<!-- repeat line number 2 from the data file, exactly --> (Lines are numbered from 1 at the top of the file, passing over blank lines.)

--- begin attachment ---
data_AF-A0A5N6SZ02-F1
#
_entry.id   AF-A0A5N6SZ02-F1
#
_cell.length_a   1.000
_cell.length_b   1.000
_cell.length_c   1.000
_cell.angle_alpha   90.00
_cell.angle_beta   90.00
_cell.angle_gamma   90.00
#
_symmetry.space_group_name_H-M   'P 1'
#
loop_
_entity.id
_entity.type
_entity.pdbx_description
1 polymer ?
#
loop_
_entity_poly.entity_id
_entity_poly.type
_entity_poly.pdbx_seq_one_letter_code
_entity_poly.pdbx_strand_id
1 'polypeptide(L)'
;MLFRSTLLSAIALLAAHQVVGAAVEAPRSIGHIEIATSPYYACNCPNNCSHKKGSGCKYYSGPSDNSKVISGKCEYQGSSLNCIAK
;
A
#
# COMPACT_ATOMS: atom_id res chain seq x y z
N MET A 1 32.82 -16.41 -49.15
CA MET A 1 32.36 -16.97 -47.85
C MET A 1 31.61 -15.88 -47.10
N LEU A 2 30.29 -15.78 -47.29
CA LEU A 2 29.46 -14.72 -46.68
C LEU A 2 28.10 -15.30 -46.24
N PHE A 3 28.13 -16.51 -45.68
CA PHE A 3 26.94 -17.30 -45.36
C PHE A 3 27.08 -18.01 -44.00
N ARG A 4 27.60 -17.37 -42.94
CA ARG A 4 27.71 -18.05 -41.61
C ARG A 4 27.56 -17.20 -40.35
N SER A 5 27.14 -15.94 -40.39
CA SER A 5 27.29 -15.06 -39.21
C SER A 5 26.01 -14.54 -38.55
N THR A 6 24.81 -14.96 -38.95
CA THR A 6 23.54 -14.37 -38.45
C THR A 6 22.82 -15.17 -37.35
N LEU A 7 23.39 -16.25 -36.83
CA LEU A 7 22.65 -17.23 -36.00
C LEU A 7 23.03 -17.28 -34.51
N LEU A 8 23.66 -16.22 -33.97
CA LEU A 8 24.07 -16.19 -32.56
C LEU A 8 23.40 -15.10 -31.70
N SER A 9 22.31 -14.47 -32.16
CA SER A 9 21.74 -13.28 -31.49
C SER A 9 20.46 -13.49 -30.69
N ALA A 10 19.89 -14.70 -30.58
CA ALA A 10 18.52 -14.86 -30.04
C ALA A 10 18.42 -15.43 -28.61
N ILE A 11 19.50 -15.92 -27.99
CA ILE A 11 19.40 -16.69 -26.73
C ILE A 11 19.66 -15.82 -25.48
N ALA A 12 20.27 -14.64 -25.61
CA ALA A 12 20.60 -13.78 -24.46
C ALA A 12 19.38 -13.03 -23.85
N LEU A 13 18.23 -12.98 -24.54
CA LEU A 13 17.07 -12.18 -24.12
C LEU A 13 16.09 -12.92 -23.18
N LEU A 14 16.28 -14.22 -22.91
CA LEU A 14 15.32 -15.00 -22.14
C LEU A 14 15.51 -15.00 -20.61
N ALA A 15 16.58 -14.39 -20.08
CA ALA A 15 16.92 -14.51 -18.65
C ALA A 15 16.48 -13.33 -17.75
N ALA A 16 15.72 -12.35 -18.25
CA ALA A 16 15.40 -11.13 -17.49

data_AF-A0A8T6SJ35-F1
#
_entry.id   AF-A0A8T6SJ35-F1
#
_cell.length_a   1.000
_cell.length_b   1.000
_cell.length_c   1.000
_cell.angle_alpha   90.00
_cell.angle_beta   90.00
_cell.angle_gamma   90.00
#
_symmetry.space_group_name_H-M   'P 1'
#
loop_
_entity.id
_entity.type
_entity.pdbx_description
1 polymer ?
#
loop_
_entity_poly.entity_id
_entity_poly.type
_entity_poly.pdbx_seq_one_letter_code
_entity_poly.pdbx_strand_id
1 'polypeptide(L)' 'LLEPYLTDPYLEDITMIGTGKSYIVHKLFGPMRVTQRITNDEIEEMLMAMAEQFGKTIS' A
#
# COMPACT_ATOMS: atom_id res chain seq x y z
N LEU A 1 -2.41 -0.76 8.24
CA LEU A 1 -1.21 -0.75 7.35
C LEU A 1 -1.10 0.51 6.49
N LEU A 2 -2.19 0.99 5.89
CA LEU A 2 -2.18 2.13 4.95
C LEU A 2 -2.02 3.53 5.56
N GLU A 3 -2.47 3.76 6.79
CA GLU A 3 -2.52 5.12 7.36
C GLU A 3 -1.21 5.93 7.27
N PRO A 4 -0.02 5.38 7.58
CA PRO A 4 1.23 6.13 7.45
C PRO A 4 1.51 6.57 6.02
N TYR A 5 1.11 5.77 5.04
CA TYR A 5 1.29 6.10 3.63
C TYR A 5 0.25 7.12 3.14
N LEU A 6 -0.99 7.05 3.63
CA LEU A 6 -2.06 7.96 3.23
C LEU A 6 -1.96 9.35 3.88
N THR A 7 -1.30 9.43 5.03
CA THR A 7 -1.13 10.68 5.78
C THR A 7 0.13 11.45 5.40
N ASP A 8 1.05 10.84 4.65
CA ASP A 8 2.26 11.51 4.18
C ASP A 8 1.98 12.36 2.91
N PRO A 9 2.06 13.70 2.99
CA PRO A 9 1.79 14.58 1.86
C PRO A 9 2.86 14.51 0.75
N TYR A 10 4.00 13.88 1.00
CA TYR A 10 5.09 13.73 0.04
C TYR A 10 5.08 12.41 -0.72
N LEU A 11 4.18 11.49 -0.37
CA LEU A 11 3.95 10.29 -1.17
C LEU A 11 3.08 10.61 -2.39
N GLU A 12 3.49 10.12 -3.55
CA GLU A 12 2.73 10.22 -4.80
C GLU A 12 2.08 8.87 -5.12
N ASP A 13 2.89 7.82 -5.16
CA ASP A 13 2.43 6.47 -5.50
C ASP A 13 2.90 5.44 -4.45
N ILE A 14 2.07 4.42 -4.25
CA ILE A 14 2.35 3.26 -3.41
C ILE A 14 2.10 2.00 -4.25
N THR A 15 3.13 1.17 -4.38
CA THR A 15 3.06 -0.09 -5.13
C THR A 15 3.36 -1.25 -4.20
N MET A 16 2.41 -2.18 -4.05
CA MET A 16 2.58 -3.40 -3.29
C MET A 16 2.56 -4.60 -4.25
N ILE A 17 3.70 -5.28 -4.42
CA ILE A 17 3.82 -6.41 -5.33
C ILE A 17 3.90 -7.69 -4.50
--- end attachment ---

#